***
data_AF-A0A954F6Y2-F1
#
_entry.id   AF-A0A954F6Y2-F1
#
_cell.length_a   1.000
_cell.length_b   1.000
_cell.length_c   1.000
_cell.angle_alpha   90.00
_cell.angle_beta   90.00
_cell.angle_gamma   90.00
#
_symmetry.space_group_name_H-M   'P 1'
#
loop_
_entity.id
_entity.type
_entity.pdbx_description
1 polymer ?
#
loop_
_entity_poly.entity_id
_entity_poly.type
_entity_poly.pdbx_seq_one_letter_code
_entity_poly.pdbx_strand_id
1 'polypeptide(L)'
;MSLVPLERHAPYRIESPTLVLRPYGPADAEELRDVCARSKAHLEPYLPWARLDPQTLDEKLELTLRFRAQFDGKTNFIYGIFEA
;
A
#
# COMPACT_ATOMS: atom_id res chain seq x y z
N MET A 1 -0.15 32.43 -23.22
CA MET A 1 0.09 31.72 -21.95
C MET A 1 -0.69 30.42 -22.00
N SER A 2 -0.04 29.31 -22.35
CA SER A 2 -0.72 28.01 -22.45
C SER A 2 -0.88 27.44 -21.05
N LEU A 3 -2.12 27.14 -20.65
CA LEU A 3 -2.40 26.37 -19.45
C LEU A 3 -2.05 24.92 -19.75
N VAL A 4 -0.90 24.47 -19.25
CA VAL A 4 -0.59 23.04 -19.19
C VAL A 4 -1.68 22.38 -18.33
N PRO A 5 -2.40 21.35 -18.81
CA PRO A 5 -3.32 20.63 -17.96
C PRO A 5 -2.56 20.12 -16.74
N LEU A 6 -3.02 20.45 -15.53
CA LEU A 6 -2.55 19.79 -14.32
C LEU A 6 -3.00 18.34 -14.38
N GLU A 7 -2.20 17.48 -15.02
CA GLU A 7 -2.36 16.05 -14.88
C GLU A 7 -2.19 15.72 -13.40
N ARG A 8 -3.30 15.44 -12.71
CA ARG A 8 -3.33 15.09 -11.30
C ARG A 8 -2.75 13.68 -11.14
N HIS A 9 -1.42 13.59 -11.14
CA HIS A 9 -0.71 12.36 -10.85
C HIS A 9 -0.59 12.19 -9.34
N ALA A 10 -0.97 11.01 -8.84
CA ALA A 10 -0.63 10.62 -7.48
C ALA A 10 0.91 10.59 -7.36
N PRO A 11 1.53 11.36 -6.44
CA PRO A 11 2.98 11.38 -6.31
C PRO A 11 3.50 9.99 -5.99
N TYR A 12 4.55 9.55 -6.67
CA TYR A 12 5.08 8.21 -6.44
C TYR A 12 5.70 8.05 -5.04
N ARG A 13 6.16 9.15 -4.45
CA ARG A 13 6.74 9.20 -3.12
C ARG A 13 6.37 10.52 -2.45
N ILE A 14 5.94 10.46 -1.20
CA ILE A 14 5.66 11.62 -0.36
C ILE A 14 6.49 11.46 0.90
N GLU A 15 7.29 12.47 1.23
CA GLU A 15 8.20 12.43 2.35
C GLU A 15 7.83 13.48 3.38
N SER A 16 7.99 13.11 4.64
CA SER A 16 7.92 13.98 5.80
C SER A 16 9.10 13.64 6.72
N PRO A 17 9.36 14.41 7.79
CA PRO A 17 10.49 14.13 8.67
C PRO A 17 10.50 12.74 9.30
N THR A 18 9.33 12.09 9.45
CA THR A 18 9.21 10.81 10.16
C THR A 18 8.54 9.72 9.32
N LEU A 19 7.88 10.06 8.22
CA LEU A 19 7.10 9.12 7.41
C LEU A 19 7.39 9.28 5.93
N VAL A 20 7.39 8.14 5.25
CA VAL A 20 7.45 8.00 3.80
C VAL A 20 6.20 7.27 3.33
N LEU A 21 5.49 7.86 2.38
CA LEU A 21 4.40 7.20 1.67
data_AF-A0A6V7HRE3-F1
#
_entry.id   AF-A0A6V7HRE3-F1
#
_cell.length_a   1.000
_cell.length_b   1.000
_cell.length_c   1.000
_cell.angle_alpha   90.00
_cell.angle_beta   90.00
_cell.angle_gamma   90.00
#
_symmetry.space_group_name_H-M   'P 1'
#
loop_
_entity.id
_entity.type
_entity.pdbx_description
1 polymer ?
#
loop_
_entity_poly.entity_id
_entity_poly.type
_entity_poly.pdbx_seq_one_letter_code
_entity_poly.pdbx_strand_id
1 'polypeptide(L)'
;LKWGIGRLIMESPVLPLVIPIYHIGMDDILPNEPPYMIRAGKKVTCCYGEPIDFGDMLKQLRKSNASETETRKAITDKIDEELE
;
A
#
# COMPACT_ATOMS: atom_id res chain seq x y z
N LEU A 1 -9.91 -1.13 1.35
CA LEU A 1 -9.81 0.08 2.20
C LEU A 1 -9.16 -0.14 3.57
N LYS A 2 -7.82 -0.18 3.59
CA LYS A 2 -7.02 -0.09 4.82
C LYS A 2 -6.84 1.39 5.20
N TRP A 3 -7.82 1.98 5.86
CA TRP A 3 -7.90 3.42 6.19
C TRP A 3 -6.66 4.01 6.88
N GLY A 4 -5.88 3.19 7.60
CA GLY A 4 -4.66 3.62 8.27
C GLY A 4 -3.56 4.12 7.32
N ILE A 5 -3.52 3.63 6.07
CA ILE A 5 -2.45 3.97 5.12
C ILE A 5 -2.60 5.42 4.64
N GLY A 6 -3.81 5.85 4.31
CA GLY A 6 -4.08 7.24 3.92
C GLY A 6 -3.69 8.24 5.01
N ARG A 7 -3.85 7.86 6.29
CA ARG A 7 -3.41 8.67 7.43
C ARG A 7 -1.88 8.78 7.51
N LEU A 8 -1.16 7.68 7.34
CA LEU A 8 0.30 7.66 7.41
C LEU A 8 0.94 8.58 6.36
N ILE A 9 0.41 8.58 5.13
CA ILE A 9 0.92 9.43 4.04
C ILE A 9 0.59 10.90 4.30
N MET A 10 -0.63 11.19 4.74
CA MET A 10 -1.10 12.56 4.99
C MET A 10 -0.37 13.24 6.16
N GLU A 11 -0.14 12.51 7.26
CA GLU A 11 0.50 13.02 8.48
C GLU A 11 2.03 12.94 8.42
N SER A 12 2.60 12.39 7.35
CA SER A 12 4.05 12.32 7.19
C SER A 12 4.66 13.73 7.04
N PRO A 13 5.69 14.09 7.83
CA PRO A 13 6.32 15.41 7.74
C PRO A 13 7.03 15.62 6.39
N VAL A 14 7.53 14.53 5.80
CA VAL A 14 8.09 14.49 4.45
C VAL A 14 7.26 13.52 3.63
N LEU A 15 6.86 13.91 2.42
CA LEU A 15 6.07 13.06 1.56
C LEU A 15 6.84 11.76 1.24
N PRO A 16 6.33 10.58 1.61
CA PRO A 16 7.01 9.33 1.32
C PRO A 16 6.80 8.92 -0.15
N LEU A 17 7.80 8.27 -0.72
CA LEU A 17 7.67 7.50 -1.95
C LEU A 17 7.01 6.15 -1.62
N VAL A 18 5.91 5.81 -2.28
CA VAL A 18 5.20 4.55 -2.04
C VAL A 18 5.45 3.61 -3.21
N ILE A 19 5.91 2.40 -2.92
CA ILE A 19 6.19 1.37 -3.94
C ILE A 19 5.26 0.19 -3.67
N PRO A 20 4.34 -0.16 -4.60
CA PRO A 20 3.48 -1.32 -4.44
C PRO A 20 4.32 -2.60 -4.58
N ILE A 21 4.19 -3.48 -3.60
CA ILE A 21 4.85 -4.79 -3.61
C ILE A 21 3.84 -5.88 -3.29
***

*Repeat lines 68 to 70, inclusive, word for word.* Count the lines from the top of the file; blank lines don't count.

CA ARG A 13 6.74 9.20 -3.12
C ARG A 13 6.37 10.52 -2.45
N ILE A 14 5.94 10.46 -1.20